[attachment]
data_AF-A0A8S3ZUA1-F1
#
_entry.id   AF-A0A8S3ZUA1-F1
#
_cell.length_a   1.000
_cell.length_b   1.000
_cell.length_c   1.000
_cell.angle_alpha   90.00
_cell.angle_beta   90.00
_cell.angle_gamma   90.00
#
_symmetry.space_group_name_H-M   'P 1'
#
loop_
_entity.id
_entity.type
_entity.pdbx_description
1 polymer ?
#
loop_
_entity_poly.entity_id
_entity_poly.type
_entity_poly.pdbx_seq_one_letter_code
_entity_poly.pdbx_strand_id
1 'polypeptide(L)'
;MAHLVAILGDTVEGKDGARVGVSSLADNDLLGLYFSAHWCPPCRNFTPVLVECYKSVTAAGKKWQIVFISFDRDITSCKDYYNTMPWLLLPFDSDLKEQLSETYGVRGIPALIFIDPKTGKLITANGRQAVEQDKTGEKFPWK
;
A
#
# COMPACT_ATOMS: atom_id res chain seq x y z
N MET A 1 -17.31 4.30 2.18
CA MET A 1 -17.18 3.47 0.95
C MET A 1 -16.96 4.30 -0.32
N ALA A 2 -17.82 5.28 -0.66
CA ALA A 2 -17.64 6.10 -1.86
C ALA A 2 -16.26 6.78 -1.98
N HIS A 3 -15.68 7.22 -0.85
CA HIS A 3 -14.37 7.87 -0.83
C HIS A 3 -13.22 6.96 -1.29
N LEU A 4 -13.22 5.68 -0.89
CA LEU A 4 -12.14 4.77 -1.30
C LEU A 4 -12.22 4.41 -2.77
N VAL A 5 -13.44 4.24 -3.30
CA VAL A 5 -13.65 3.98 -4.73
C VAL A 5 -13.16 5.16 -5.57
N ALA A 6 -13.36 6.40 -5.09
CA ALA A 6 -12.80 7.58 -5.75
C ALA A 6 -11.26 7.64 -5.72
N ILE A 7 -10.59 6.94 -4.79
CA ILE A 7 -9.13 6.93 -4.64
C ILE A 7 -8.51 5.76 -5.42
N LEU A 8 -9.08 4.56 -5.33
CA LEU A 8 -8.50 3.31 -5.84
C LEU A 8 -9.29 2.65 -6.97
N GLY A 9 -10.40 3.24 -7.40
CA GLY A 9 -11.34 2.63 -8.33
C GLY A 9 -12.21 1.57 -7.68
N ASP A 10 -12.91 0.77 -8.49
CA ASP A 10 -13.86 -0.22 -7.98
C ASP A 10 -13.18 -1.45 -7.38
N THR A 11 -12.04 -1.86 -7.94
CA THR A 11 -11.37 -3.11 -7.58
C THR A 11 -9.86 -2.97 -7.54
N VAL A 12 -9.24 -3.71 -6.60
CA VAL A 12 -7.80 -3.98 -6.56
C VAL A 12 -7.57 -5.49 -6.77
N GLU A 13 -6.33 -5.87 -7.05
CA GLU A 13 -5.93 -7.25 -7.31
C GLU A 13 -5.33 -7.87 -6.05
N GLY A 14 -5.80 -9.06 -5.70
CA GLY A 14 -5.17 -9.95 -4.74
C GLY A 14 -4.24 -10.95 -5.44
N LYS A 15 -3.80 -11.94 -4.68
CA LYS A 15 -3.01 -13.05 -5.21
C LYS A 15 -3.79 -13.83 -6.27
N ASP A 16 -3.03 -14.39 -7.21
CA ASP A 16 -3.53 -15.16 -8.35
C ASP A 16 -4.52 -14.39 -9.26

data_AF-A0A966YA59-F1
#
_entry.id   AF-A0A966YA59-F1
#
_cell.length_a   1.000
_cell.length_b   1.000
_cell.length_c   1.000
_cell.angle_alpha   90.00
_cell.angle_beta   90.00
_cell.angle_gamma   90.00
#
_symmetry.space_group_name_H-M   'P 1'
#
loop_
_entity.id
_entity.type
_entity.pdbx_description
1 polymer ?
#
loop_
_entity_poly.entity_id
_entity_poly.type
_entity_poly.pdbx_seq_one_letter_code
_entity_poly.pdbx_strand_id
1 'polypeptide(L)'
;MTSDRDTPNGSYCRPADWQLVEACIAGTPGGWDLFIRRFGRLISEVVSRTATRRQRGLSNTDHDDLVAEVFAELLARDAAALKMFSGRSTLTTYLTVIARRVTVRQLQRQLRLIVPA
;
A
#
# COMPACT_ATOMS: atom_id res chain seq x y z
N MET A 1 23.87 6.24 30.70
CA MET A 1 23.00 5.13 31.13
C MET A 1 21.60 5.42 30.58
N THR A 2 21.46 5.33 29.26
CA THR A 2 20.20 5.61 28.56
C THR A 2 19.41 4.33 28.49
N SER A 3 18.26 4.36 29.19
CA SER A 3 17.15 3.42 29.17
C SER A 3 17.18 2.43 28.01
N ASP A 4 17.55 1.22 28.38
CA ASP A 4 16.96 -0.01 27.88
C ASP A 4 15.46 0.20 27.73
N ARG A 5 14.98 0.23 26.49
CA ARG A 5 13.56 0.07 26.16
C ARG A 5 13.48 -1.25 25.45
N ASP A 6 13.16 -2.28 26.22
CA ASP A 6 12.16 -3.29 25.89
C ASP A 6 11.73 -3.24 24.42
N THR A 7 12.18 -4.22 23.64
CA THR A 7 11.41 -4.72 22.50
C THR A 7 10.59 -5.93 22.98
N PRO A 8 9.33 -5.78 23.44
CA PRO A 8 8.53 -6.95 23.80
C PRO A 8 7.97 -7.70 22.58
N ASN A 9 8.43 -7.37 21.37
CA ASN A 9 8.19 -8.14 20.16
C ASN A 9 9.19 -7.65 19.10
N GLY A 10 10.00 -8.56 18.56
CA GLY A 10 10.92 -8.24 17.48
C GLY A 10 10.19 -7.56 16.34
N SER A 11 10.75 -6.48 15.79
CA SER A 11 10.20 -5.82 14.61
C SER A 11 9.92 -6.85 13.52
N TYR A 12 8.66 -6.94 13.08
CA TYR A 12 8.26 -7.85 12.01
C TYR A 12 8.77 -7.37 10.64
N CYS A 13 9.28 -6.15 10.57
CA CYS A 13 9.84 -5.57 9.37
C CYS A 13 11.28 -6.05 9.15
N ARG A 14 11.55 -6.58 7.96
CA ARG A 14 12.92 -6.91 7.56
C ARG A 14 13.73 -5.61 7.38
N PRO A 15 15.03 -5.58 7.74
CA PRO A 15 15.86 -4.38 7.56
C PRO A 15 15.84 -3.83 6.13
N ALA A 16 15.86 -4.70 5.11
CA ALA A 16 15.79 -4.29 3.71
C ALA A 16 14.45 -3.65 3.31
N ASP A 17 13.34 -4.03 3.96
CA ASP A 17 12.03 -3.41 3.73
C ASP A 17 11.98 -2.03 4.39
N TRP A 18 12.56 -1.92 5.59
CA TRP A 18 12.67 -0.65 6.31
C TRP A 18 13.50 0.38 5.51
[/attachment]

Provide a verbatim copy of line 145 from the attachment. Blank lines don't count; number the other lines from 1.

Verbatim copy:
N CYS A 13 9.28 -6.15 10.57